Results

A total of 3161 elderly participants were recruited in our study, and we excluded 15 participants with incorrect information, 81 participants aged < 60 years and 113 participants with incomplete information of SF-12, and a total of 2952 participants were included in the final analysis. The number of poor, moderate and good social health status was 476, 1994, and 482, respectively. The mean scores were 48.10 ± 8.49(mean ± SD), 47.70 ± 7.09 and 47.90 ± 5.86 for PCS, MCS and SF-12 total score, separately. Mean age for all participants was 70.68 ± 7.75 years old, and 1487(50.4%) were females. Approximately 20% were not married, and less than 20% had no educational experience. Nearly 50% of participants lived in the urban regions and half of the participants had less than 2000 yuan per month of income. About 54.4% of elderly people lived with a spouse, and 49.4% had a normal BMI (Table 1). A significant difference in PCS was observed across the groups based on social health, gender, age, marital status, education level, monthly income, living arrangement, BMI, smoking, alcohol consumption, tea consumption, weekly physical activity, depression symptom and number of chronic conditions (P < 0.01). Similar results were observed for MCS, except for gender, age, smoking, alcohol consumption and number of chronic conditions. For SF-12 total score, there was a significant difference across the groups of all demographic characteristics (P < 0.01) (Table 1).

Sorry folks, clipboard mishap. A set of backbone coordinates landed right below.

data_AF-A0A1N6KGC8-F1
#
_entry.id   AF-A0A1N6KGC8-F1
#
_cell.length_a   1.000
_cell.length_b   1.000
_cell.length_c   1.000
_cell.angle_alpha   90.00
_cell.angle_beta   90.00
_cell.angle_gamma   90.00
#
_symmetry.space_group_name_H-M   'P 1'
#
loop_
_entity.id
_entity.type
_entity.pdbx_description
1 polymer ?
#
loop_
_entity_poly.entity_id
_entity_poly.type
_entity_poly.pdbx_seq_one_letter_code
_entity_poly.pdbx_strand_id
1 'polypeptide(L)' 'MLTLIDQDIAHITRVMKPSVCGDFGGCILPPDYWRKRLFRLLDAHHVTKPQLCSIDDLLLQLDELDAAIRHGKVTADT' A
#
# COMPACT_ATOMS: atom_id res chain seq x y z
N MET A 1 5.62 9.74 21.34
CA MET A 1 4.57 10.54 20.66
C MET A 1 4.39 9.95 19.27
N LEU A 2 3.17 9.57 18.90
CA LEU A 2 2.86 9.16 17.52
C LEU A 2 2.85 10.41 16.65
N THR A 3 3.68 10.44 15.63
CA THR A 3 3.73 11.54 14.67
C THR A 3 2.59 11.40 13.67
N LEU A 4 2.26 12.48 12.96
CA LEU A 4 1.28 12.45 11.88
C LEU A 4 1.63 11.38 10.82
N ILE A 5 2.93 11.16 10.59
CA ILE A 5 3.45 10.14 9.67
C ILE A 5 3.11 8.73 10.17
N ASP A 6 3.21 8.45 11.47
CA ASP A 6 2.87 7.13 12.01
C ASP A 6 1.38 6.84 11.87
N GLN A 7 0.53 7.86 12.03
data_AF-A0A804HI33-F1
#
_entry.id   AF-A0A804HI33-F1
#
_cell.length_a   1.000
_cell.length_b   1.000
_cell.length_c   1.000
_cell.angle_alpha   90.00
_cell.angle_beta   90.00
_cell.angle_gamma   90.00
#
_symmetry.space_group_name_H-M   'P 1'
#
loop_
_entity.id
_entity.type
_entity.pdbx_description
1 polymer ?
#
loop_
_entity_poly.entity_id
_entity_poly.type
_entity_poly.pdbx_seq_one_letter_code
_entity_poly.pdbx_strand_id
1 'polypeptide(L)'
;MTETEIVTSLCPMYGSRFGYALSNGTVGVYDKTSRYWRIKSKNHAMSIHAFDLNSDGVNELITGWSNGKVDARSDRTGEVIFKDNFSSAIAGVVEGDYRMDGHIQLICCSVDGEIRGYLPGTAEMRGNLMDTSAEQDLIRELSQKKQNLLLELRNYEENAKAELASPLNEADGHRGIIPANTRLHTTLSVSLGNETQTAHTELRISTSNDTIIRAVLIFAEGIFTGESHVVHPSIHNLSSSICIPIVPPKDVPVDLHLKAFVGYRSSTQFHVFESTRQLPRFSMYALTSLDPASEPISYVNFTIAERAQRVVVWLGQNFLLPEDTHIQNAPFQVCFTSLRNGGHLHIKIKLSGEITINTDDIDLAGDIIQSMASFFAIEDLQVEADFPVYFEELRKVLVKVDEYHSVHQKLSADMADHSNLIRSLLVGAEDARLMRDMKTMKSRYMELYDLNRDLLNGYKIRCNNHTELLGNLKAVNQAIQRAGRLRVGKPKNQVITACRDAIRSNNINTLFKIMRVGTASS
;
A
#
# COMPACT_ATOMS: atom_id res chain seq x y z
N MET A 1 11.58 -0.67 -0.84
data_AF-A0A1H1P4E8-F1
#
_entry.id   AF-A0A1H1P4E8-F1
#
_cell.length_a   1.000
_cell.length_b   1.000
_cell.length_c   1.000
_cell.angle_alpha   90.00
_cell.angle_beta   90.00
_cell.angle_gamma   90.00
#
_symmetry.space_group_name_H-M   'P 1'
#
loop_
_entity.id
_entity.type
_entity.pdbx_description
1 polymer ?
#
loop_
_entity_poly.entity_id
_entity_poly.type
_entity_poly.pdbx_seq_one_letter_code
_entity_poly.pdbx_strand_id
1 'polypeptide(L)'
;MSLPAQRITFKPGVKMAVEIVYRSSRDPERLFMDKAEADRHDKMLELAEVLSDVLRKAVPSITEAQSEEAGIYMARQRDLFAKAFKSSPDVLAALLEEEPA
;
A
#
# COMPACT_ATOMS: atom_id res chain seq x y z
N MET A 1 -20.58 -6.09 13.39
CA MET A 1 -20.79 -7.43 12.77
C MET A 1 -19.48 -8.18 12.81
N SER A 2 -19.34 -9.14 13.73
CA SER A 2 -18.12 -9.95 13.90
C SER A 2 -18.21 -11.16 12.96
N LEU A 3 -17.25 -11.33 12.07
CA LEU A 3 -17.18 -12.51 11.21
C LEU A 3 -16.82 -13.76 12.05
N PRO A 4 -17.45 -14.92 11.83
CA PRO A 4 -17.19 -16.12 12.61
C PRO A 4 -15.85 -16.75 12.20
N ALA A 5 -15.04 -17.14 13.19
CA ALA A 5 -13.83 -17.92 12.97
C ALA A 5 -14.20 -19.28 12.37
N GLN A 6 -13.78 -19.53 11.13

Table 1 HR-QOL according to different groups of demographic characteristics in the Zhejiang elderly

Table 2 summarizes the adjusted association of social health status with HR-QOL. As compared with individuals with a poor social health status, subjects who had a moderate or good social health status were more likely to report better HR-QOL (for moderate social health status: β = 1.90(95%CI:1.09, 2.71) for PCS; β = 1.78(1.08, 2.48) for MCS; β = 1.84(1.29, 2.39) for SF-12 total score; for good social health status: β = 3.29(2.24, 4.34) for PCS; β = 3.10(2.20, 4.01) for MCS; β =3.20(2.48, 3.91) for SF-12 total score). No collinearity was observed among the variables included in these models.

Table 2 Beta values and 95% confidence intervals of HR-QOL by social health status in the Zhejiang elderly